Shift’s Newsmaker Interview is with community leader, business owner, and Marine veteran Dan Johnson, the 42nd Legislative District Republican House candidate in the open Position 2 contest. Johnson grew up in Whatcom County, where he owned and operated his family’s tow truck business until it was sold in 2019. Johnson worked, as a private citizen in 2009 with then State Representative Doug Ericksen to write the strong DUI legislation known as “Hailey’s Law” (the legislation was revised in 2020 to incorporate a Washington State Supreme Court ruling). His campaign recently released a video of Johnson driving around Bellingham while describing how failed liberal crime, drug, and homeless policies have had a negative impact on the community.
In his Shift Interview, Johnson outlines his legislative agenda to reverse the Democrats’ disastrous anti-police package to “restore a safe living environment for our citizens”, implement meaningful emergency powers reform, and to provide Washington residents with tax relief by reducing the state’s property, sales, and fuel taxes. Johnson also provides a timeless classic as one of his all-time favorite books.
First, please tell us about yourself and why you have decided to run for the Washington State Legislature?
I have lived in Whatcom County since I was 7 years old and graduated from Meridian High School. I was in the Marine Corps from 1993-97. In the spring of 1997, I started working in the family towing business, which I owned and operated for many years until I sold it in 2019. I am running for State Representative because I watched the erosion of this state over the last several years and it is time for a change.
Your campaign recently produced a short video of you describing many of the negative changes occurring in Bellingham. What brought about these changes? What can the legislature do to help those who want to improve conditions?
Addiction, homelessness and theft are at all-time highs because of bad policy at the legislative level. The decriminalization of narcotics has exponentially increased the distribution, use and addiction. Generally speaking, when you are an addict on your way to rock bottom, you lose any or all components of your life – your spouse/family, job, home, vehicle, friends, etc. This leads to homelessness and through your addiction you find yourself on the streets with nothing left except the search for the next “high” … which costs money. So, you find sources of income which includes theft and other crimes.
Unfortunately, this pattern has been duplicated many times over and has led to our current situation. Moving forward, good policy needs to be enacted at the legislative level to stop these issues at the source. At that point we can address the needs of those who are a result of bad policy and get them the help they need to get back on track.
All Republican legislators and candidates have been supportive of using the state’s surplus revenues to provide tax relief for Washington’s working families. What type of tax relief would be your priority if you are elected?
To reach the most people in Washington State, I have chosen three options:
- A property tax exemption for the first $250K of your property value. By reducing property taxes, this will help both property owners and those who rent.
- A reduction in the fuel tax. This not only helps the driving public, but it also gives relief to the businesses that provide goods and services by various modes of transportation.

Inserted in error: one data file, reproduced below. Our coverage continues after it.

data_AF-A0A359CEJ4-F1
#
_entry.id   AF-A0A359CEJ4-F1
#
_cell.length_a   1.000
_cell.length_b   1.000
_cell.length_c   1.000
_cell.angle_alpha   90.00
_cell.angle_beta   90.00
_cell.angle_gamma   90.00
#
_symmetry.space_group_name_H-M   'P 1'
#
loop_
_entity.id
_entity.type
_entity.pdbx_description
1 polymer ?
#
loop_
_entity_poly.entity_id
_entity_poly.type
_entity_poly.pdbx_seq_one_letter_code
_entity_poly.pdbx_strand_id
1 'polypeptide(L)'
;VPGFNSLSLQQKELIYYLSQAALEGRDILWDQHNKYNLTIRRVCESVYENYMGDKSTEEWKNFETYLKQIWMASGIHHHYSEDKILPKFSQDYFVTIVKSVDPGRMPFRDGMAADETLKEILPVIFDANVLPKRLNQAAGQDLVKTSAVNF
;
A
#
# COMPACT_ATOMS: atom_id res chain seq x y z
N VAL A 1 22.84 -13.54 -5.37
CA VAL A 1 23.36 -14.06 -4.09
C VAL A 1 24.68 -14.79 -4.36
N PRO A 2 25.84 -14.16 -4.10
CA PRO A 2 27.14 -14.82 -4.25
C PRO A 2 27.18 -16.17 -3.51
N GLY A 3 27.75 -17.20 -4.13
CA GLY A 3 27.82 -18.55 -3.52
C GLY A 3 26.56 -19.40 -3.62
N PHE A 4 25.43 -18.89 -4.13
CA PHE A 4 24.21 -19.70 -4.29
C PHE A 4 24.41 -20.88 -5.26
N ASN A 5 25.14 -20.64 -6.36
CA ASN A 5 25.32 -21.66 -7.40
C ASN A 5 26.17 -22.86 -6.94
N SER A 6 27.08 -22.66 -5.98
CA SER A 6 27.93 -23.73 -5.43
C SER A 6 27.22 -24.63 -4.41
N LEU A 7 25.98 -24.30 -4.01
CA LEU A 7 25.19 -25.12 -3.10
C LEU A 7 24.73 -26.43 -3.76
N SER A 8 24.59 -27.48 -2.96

- A 1% reduction in sales tax. As a stand-alone item it may not seem very significant but in combination with the other two proposals, taking 1% off the top of your monthly spending will add up.
Polls have shown that public safety remains a top concern for Washington voters, especially in Whatcom County. What will be your top priority to help law enforcement do their job?
Overwhelmingly negative police reform has contributed to a rise in crime statewide. I will ensure that police have the tools they need to properly serve and protect. I plan on meeting with stakeholders who are experts in their field so we can create effective policy that will restore a safe living environment for our citizens. Policy changes I will be prioritizing include police pursuit standards and criteria, narcotics distribution and use, property crimes and theft.
You have been an outspoken critic of Governor Inslee abusing his emergency powers. Now that he has stated his intention to finally end his emergency declaration on October 31st, do you believe Democrat legislators will finally join Republicans in reforming the state’s emergency powers laws? What specifically would you like to see done?
The critical portion of the COVID-19 pandemic is over and the emergency declaration should end immediately (should have ended months ago). Instead, it is scheduled to end on October 31st, a pathetic attempt to gain votes for Democratic candidates rather than doing what is best for the state.
In the 2023 session, it will be necessary for both parties to come together and pass good legislation reforming the state’s emergency powers laws. Specifically, I would like to see legislation like HB 1772, which states in part that “an emergency order will end after 60 days unless extended by the legislature through concurrent resolution. If the legislature is not in session, then the state of emergency may be extended in writing by all four members of the leadership in the Senate and House.” This bill maintains the Governor’s ability to declare an emergency and then transfers the authority to a legislative body, and not an individual person, to terminate or extend the declaration.
What is your favorite book? Why?
Charlotte’s Web. It shows that relationships can be formed in various ways.
For more information on Dan Johnson and his candidacy, please visit his campaign website.
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